My favorite CD's


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Terri Clark
"How I Feel"
Born August 5, 1968, in Medicine Hat, Alberta, Canada. When her first single,"Better Things to Do," reached #1, Terri Clark immediately became a symbol of the new, strong female singer. She sang traditional country music, played guitar, bass and drums and wrote 11 of the 12 songs on her debut album. She also refused to wear anything but T-shirts and Wranglers, a look that has become her trademark.
Her grandparents were country singers in Quebec during the 1950s and 1960s, and she learned to play guitar at the knee of her mom. By the age of nine Terri was playing guitar, and all through high school she was obsessed with country music, especially strong women performers like Loretta Lynn, the Judds, Barbara Mandrell and Reba McEntire.
As soon as she graduated she was in Music City, and promptly marched into the legendary Tootsie's Orchid Lounge and asked for a job. They gave her a shot, and she was hired immediately as their house singer. She then spent several years honing her songwriting and paying her dues, working a series of odd jobs around town. After seven years of odd jobs, Terri got her shot, and her debut album went gold.

Pam Tillis
"Every Time"
For all of you who like country know Pam is one of the "leading ladies". Pam, born of country legend Mel Tillis, is one of the best singers ever. In every one of Pam's songs, she approaches the deepest emotions that no one else could express except through music. From someone comforting a friend after she makes a mistake in "Spilled Perfume", to the uplifting "Don't Tell Me What to Do" the somewhat "cocky" song in which a girl is telling off her ex. To"All the Good ones are Gone" which is just plain sad, to"Mi Vida Loca", a feel good no worry song. Whatever song you hear, it can relate to you in some way.

Todd Snider
"Songs For The Daily Planet"
"Step Right Up"
"Rolling Stone" (5/4/95): ... his refusal to take himself too seriously saves his insights from preachiness...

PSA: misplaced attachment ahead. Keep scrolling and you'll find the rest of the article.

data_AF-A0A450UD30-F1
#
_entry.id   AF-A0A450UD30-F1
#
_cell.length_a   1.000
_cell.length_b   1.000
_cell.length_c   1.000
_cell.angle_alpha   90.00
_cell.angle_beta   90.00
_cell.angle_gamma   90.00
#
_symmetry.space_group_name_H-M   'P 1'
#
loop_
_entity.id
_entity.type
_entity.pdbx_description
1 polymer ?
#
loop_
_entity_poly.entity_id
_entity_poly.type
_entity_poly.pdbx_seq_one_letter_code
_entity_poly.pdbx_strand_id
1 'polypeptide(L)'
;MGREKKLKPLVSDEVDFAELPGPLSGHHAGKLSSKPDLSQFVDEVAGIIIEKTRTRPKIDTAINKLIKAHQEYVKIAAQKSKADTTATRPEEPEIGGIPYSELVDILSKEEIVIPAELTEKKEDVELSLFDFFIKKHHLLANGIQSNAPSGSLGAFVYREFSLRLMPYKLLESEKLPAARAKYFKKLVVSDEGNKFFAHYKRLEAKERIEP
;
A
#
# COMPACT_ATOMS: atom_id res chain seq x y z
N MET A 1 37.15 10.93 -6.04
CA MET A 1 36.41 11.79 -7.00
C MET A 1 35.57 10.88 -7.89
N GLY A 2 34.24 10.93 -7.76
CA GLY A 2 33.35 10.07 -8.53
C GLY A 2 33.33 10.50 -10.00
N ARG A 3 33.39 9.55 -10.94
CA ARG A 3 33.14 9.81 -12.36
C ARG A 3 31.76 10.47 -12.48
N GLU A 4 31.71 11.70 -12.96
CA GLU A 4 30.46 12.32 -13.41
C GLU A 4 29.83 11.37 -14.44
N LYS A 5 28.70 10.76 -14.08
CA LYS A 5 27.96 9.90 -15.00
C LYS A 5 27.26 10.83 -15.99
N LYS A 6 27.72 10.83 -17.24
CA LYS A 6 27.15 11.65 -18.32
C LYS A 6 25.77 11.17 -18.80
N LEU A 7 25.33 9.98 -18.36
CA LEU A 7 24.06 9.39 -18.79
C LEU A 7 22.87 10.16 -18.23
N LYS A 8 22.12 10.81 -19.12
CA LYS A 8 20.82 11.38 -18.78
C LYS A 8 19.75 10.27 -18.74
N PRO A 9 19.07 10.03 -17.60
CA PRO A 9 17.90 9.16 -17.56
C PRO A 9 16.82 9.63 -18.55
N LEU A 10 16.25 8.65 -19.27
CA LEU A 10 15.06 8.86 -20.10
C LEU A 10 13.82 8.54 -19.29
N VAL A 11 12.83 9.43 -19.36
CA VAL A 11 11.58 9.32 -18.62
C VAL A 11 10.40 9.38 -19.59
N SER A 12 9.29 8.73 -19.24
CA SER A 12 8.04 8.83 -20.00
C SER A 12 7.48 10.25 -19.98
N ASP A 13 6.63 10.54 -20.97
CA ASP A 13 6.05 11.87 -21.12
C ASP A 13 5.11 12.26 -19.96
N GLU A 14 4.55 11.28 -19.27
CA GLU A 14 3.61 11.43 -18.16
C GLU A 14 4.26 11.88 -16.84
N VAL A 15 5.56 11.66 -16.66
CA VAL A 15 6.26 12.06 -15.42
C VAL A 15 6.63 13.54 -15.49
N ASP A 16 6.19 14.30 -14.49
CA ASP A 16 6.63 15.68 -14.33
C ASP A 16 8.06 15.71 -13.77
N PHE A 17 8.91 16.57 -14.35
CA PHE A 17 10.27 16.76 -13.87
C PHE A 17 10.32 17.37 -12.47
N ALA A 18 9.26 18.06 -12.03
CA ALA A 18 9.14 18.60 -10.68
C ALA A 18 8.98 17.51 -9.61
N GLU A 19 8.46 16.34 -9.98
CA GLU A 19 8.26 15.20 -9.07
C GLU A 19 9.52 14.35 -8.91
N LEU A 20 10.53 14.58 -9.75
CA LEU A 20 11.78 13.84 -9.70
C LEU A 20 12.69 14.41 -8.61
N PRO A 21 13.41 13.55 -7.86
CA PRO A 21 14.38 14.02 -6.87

Entertainment Weekly (11/25/94): ...Memphis' Snider shows plenty of lyrical savvy on boozy R&B and Springsteen-style whimsy. When he gears down for a ballad about abused children ('You Think You Know Somebody'), he actually becomes moving...
Musician (6/95): ...The musical styles flit from barroom country to SoCal period rock ... mandolins and distorted slide guitars side by side in an approach well-defined by Hiatt and Mellencamp. Snider's lyrical cleverness constantly flirts with his ability to take an idea and develop it...
Entertainment Weekly (4/26/96): ...Snider deftly mixes adolescent angst with clear-eyed vision and moves easily from raggedy-ass rhythm numbers to satiric story-songs. One of the freshest writer/vocalists of his generation.

And here are 3 more TODD SNIDER cds:

... and his web page is @

Michael Martin Murphey

"Cowboy Songs"

"Cowboy Songs 3"

"Cowboy Songs 4"

"Horse Legends"

"Best of MMM"

"Best of Country"

Chris Ledoux

"Gold Buckle Dreams"

"Rodeo Songs"

"American Cowboy

Ian Tyson

"18 Inches Of Rain"


"Old Corrals And Sagebrush &
Other Cowboy Culture Classics"

John Michael Montgomery Sons of the Pioneers

"Greatest Hits"

"Life's a Dance"

"Cattle Call -
Early Cowboy Music
and it's Roots"

Alan Jackson "The Horse Whisperer"

"Greatest Hits"

"Peace in the Valley"

Songs From and Inspired
by the Motion Picture

Waddie Mitchell

Waddie Mitchell
& Don Edwards

"Tha Bard &
the Balladeer"
Don Edwards

"Saddle Songs"

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